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DECATUR, Ga. -- Saying he is sick and tired of hearing about scandals involving government officials and employees, DeKalb County's top politician announced some major ethics reforms Wednesday.

"The bottom line is that violations of these ethics rules will not be tolerated by anyone, including me," said Interim DeKalb County CEO Lee May.

Commissioner May took over the top spot after former CEO Burrell Ellis and two of his staffers were indicted on corruption charges last year.

Recently, DeKalb's Ethics Board launched investigations into Commissioners Elaine Boyer, Sharon Barnes Sutton and Larry Johnson's use of county credit cards.

While all of those cases have yet to resolved, May said, "the time is now for us to take drastic steps to ensure integrity and ethics in DeKalb County government."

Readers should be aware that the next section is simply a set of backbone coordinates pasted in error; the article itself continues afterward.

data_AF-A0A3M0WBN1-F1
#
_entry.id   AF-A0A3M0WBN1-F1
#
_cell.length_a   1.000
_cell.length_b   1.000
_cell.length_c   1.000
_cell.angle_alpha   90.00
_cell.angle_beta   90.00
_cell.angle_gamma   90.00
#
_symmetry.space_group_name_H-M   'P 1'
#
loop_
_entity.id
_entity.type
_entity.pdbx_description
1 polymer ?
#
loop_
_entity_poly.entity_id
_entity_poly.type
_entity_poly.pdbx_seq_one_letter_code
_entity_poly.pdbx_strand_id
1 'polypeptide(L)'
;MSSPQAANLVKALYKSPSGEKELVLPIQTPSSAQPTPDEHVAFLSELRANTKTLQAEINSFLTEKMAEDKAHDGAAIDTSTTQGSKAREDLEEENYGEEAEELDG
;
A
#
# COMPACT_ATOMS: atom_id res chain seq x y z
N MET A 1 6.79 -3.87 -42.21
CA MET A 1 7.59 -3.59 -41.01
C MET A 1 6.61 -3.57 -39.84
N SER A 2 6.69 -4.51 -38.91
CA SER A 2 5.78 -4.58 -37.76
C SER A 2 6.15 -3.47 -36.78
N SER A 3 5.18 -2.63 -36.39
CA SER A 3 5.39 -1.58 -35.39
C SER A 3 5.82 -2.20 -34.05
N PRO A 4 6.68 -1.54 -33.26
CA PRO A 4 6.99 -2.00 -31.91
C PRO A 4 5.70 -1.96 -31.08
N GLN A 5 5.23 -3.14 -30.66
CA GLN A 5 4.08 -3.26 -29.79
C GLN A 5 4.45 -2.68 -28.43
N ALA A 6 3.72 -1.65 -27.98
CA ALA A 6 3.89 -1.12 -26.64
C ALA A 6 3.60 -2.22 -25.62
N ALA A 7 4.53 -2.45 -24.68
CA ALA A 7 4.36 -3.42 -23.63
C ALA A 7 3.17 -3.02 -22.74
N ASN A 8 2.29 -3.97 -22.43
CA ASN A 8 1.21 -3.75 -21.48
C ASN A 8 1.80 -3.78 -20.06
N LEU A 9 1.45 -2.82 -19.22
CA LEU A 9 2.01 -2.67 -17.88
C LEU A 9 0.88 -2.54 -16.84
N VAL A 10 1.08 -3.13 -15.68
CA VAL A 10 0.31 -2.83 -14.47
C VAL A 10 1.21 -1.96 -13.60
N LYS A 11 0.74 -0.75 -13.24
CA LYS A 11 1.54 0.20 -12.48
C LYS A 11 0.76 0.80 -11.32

He signed executive orders to create a clear cut ethics policy and to hire three full time employees to help the part time ethics board.

They include a county integrity officer, an investigator and an administrative assistant.

May also wants all county officials and employees to undergo new ethics training.

The new rules would limit gifts and meals to $40 each, with a $120 limit each year.

Also, all travel and tickets must be related to government business.

May also promised tougher ethics standards for the county's purchasing and police departments in a few weeks.

He called his reforms, "an aggressive approach to restore the public's trust in DeKalb County government, right here, right now."

William Perry of Common Cause Georgia praised DeKalb as a "shining light" of ethics reform.

"I would like the Governor, the Mayor of Atlanta and every county commissioner and city council member across the state to take lessons from Interim Commissioner May," Perry added.

May must still get DeKalb County's commissioners to go along with the nearly $100,000 needed to hire the ethics staff

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